Teacher Shortage Hits Tennessee Cities

Chalkbeat reports on the state’s big cities missing a significant number of teachers at the start of the school year:

About 100 Shelby County Schools classrooms still lack full-time teachers, Superintendent Dorsey Hopson said Monday, the first day of school, after a tour at Bruce Elementary.

And the problem wasn’t limited to Shelby County:

And it’s not the only district with vacancies left open. Metro Nashville, a slightly smaller district, lists nearly 80 open teaching jobs, and the third-largest district in the state, Knox County, needs more than forty. Across the board, districts are most hurting for special education teachers, though there are vacancies in nearly every subject.

The shortage noted in the big districts tracks information reported at TNEdReport back in 2014:

Since 2009, Tennessee has identified shortages in the overall numbers of K-12 teachers needed for public schools as well as teachers for specific subjects. There is a critical need in the state for STEM teachers, as well as shortages in high school English, social studies, world languages, Pre-K through high school special education, and English as a second language.

While there are many reasons for the shortfall, it’s worth noting that the first days of school set the tone for the entire year. So much so that incoming MNPS Director of Schools Shawn Joseph has said it’s critical that every classroom have a full-time teacher on day one.

UPDATE: MNPS reports that the actual number of unfilled vacancies on Day 1 was 34.5, a better number than they’ve had in recent years.

For more on education politics and policy in Tennessee, follow @TNEdReport


 

 

 

4 thoughts on “Teacher Shortage Hits Tennessee Cities

  1. Classrooms need more than a full time teacher. They need professional teachers who are trained and certified in the content area they teach. They need teachers with experience who can show new teachers the way. A system that has an overload of inexperienced hires is going to have great difficulty in teaching students with academic deficits.

  2. A national teacher shortage has been part of the Race To The Top since the beginning. The government causes the crisis then swoops in with the solution. Teach For America ring any bells. We have Charters and vouchers to destroy public, private and home school and eliminate elected representation and TFA obedient drones (they are not teachers) to replace the teaching profession. Then we are left with the federal government and the corporate fascists controlling education and our kids hearts, minds and souls.

  3. I am wondering if anyone knows of a time period when there was not a teacher shortage? Perhaps look at what they were doing at that time in terms of Ed policy. I think if high stakes testing weren’t tied so heavily to teacher evaluations, we wouldn’t have such a teacher shortage. Also if teachers had a few more planning days each year….and got paid just a little more. Then, we might not have a teacher shortage.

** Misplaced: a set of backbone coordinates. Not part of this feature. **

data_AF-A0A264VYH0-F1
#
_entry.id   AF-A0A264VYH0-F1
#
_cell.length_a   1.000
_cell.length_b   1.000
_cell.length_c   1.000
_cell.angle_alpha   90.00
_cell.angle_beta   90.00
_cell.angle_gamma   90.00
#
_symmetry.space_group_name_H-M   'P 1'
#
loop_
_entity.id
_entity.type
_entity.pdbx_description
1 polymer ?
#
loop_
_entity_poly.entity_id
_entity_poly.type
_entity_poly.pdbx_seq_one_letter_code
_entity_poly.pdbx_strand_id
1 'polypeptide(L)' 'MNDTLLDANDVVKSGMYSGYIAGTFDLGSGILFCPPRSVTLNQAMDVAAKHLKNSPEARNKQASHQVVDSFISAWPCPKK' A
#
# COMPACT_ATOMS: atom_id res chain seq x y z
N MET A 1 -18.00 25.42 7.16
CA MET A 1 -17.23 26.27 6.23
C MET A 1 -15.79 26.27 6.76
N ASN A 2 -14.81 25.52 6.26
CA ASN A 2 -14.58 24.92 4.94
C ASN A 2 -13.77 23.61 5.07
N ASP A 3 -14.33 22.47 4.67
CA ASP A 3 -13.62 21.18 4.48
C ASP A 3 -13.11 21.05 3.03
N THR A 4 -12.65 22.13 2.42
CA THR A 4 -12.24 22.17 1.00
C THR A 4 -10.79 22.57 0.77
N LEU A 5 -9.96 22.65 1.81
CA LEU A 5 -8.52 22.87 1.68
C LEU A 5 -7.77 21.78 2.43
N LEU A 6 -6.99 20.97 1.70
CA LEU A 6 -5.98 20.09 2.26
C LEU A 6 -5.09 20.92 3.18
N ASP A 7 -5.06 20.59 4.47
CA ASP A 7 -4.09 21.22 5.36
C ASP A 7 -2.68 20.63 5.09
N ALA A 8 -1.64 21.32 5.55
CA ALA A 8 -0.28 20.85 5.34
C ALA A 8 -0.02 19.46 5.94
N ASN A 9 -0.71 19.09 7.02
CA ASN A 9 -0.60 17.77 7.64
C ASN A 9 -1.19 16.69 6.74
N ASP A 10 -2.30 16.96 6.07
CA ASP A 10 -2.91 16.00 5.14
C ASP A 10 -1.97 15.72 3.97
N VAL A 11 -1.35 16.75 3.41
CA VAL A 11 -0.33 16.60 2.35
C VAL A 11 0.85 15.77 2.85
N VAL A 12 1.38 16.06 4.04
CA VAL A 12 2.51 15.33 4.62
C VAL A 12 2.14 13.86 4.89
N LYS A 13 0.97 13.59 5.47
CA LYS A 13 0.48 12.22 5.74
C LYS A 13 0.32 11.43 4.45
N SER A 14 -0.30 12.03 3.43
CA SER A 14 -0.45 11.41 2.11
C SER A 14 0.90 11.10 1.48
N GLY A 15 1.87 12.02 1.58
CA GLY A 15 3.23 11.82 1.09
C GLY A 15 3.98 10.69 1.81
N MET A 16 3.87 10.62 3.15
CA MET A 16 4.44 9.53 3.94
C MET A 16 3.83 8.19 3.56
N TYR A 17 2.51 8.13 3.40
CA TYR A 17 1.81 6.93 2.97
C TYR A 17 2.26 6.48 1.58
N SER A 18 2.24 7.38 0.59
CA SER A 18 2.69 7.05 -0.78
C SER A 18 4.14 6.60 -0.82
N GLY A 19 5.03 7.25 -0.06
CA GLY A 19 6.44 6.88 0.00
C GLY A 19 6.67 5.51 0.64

4. How many of those Teachers in classrooms are “Interim” Teachers.. these are one’s on annual contract and exempt from many protections full time Teachers possess?

    Then we have the issues of licensing in a State where Subs in positions up to 20 days or less need nothing more than a College degree. No teaching experience, no license in process, nothing.

    Then we have fully qualified Teachers who have relocated or Individuals with multiple degrees given ‘apprentice’ licenses with three years to seek full time work, take additional courses and classes in order to move their license out of that classification. Being a Sub apparently does not count even if that same sub works 150 days a year while a F/T Teacher may average well under that number out of 175 days.. so is that no full time when they are credentialed, licensed and experienced?

    So is this about ensuring quality Teaching or about money, paying qualified individuals less, pushing them into spending more dollars to get more credits to do a job they are more than willing and able to do and have done or could do quite well if they were supported and in turn mentored for those who are career changing or new to the area and the district. I find it fascinating that MPS does not offer any support in that area at all. I presume that is the same elsewhere

    There is little done here to cull and develop a strong educational community which is ironic given the strong and overpowering presence of Vanderbilt and other Universities. As well as the supposed support of the varying Politicians and other elected officials of the area. How many people are actually talking to Teachers here – especially those interested in becoming one. I guess zero to none.

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